When you’re pregnant your blood pressure will be checked on your prenatal visits, but it’s important for you to monitor your blood pressure at home. In fact, it’s a good idea to know what your blood pressure is before you get pregnant, so you have a baseline to refer to as you track your blood pressure in pregnancy.
I strongly recommend you purchase a wrist blood pressure cuff and keep it handy during your pregnancy. Take your blood pressure about the same time at least once a day. These wrist cuffs may not be as accurate as a cuff that wraps around your upper arm, but they are accurate enough to watch the increases and decreases in your blood pressure.
What Do the Numbers in a Blood Pressure Reading Mean?
Blood pressure is the force of your blood pushing against the walls of your arteries. The blood pumped into your arteries moves at a certain rate depending upon whether your heart beating or resting between beats. The beat is always the same length. What changes is the time between beats when your heart muscle is nourished by blood and oxygen. That’s why a rapid heartbeat (tachycardia) is so dangerous
Blood pressure is recorded in a set of two numbers separated by a slash mark, such as 90/110. The first number, the systolic pressure, indicates the pressure in your arteries as your heart beats. The second number, the diastolic pressure, indicates the pressure in your arteries between each heartbeat during the time y our heart muscle relaxes.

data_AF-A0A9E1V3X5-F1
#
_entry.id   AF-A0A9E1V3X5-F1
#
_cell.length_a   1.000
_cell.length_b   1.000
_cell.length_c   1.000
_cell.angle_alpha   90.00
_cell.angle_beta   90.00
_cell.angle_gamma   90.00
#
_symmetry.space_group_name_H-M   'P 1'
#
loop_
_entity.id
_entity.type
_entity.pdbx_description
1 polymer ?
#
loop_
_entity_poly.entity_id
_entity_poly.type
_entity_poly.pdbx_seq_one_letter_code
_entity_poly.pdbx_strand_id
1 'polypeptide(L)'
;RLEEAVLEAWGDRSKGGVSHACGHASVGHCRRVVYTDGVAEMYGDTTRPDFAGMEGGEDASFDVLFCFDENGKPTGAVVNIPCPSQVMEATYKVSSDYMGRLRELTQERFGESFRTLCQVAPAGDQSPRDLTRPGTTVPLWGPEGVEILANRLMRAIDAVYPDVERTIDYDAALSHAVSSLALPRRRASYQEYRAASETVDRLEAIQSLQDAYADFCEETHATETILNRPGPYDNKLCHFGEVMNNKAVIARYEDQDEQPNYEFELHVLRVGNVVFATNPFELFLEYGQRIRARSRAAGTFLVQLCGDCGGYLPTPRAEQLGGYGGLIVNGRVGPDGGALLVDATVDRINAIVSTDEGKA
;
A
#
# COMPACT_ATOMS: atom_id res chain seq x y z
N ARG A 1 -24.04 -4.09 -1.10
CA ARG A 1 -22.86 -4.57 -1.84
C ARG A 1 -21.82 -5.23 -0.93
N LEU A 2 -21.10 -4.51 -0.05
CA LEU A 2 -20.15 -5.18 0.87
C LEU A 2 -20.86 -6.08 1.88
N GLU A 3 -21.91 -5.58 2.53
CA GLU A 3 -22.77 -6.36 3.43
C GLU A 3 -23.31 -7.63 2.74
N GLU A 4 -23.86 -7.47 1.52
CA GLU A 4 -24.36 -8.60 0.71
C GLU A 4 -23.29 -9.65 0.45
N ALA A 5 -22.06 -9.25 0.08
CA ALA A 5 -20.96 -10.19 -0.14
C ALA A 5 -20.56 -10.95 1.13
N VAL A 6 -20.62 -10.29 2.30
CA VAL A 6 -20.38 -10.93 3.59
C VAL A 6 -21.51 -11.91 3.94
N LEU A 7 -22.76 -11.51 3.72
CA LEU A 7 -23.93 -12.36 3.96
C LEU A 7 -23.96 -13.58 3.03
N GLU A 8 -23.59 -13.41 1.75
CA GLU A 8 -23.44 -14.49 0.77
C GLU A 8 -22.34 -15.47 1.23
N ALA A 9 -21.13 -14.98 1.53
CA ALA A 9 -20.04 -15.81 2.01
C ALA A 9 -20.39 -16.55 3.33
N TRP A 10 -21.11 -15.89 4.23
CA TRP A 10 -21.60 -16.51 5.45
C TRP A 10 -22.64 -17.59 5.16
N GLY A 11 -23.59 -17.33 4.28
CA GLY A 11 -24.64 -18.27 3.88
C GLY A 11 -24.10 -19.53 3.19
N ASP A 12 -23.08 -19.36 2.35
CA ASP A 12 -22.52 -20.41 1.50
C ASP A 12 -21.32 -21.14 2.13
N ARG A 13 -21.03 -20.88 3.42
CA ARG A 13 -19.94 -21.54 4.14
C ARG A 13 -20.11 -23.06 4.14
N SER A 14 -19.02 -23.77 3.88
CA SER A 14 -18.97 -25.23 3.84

It is extremely important to understand that normal blood pressures vary from person to person. For one person, it might be 90/50. For another 130/80. If you know your baseline blood pressure, you can compare your baseline blood pressure before you were pregnant with the variations you find during your pregnancy. Whether blood pressure is high, normal, or low is relative to your baseline.
Blood Pressure During Pregnancy
Blood pressure normally goes up and down during the length of your pregnancy. Your blood pressure usually drops in the first trimester, stays low in the second trimester, and then gradually increases in the third trimester.
The American Academy of Obstetricians and Gynecologists recommend that a patient’s blood pressure needs attention once her blood pressure reaches 160/100. In my experience, this is too high. A blood pressure of 140/90 may well indicate developing pre-eclampsia. In fact, an elevated blood pressure is often the only the only sign of the onset of pre-eclampsia
Based upon what I’ve seen in 6,000 pregnancies, blood pressure hardly ever rises precipitously. It almost always rises slowly and predictably. In my experience, it is far better to treat the rising blood pressure in its early stages which may be as simple as cutting back on your work load. If you work 12-hour shifts, cut the shifts back to 5 to 8 hours on fewer days.
For more information about blood pressure and pregnancy, please see my blog post “Blood Pressure, Blood Loss, and Pre-Eclampsia in Pregnancy.” I also have a podcast about blood pressure on YouTube. My e-book Safe Pregnancy Explained has a chapter on managing blood pressure at home during your pregnancy.